Perhaps like all addictions, it is indeed trying to fill some empty or troubled space inside, the toxic soulmate of that feeling which says you are unlovable and any minute now the game will be up.
The thing is too, that every time we are in the grip of this jealousy, we are unable to be responsible for our actions, for composing ourselves. You feel so vulnerable, you feel compelled to talk to your boyfriend about it to receive that other drug, validation. His reassurance that he loves you, his voluntary blocking of exes he never plans to talk to – they are demands you make without making them on him, insisting that he prove to you again and again that he loves you, without actually asking for it. It is a need for proof that you cannot control.
When you describe your boyfriend, you present him as absolutely perfect. He sounds almost unreal, without any minor flaws or irritants. Of course you are recently in love so your partner may seem like airbrushed perfection. But sometimes when we think of other people in such terms – like a list of appropriate great qualities that seem almost generic, almost impersonal – it might be worth wondering where are we standing from where we get this picture perfect view.
To my ears it sounds like maybe you are standing somewhere below, imagining he is perfect, and you are painfully not so. Then, in your mind, you start thinking that surely, the other women were perfect; his real equals. Women with slender fingers and composed, mysterious smiles – and those smiles were all directed at mocking you in some awful art movie nightmare or bad American high school film.
So yes, you may be right in that you don’t compare yourself to them per se. But you do seem to imagine a kind of perfection in your boyfriend which hints at a deeply felt sense of your own imperfection – and one that you feel will almost certainly cause him to leave you. Perhaps if he had never had a serious relationship before, you would have felt on equal ground with him – or not. Now it is as if you are using it to ascribe a kind of ‘normalcy’ he has known, which you have not, and then using that as proof that you are not normal and desirable – at least not for long. As if he is merely deluding himself about you, an impostor lover, and any minute now, he will see the light in which you will be revealed as a mistake. Then he will go back to his ‘own kind’; the ones with no flaws.
Intellectually you know this is not so. But dil is dushman and self-esteem a capricious mean girl in your case, bestowing her favours with terrifying unpredictability. And sex may have become the area you focus on because it is the place where – unshorn of all intellect and artifice – we are somehow just ourselves, our most perfect and least perfect selves at the same time.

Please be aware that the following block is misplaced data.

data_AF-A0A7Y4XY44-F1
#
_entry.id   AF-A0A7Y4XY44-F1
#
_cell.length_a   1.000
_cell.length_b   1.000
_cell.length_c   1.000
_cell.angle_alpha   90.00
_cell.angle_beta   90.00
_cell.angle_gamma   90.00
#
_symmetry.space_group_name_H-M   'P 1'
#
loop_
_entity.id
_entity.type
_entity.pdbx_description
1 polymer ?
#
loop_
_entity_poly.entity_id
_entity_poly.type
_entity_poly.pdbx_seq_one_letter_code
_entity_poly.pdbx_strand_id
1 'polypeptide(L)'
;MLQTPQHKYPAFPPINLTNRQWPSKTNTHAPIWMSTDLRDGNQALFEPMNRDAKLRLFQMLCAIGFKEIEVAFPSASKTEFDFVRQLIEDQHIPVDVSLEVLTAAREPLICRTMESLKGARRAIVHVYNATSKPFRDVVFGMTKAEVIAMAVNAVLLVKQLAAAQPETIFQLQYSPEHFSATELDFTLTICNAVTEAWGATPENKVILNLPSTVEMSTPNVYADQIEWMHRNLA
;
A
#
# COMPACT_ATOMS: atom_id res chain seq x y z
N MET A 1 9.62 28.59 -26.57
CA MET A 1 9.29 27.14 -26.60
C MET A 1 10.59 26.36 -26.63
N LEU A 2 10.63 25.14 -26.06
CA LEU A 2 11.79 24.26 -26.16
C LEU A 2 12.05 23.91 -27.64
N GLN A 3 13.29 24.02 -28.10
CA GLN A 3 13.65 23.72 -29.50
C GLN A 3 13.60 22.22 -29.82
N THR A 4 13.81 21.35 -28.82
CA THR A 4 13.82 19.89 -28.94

It is so difficult sometimes to be happy, because the fear that it is going to end stands around at every moment like Patrick Swayze in Ghost. Your relentless jealousy is almost a way of bringing on the end you fear. Every time you throw yourself into a spiral of negative fantasy, it’s like a hit to your senses – like practising the relief of the worst finally having happened.
One of the great trickeries of love is that it can free us from a sense of isolation and alienation; and yet, on the brink of that freedom, it dizzyingly reminds us that there is no safety net, nothing as solid a promise as the bars of one’s prison of self-doubt and aloneness.
But you’ve come so far as to fall in love, make yourself vulnerable enough to live together, talk about the past. It means you have that much emotional muscle at least, no? Why give up half-way? You don’t have to be alone in doing this – and I don’t mean you can solve it with your boyfriend.
He sounds like he really cares for you and wants you to feel loved. It is time to consider therapy, is this Billi’s advice to you, my billo. The debilitations of self-doubt leave us too exhausted to do anything but weep and feel relieved that the night’s fevers are over. We barely have anything left to make ourselves stronger on our own. We have even less in the end to enjoy loving someone, allow ourselves that measured and warm happiness that loving someone can light in us.
A journey through psychotherapy may help you understand how to relate to this difficult, struggling self in you – or lead you to another way. It will help you find a path out of this engulfing state of mind. I don’t say this to you to ‘save your relationship.’ I say it so you may let the love into your heart in such a way that it becomes a part of you; that should it ever end, you don’t turn it into proof of not being worthy of love but are able to be happy you were loved and could love and know that it will always be so.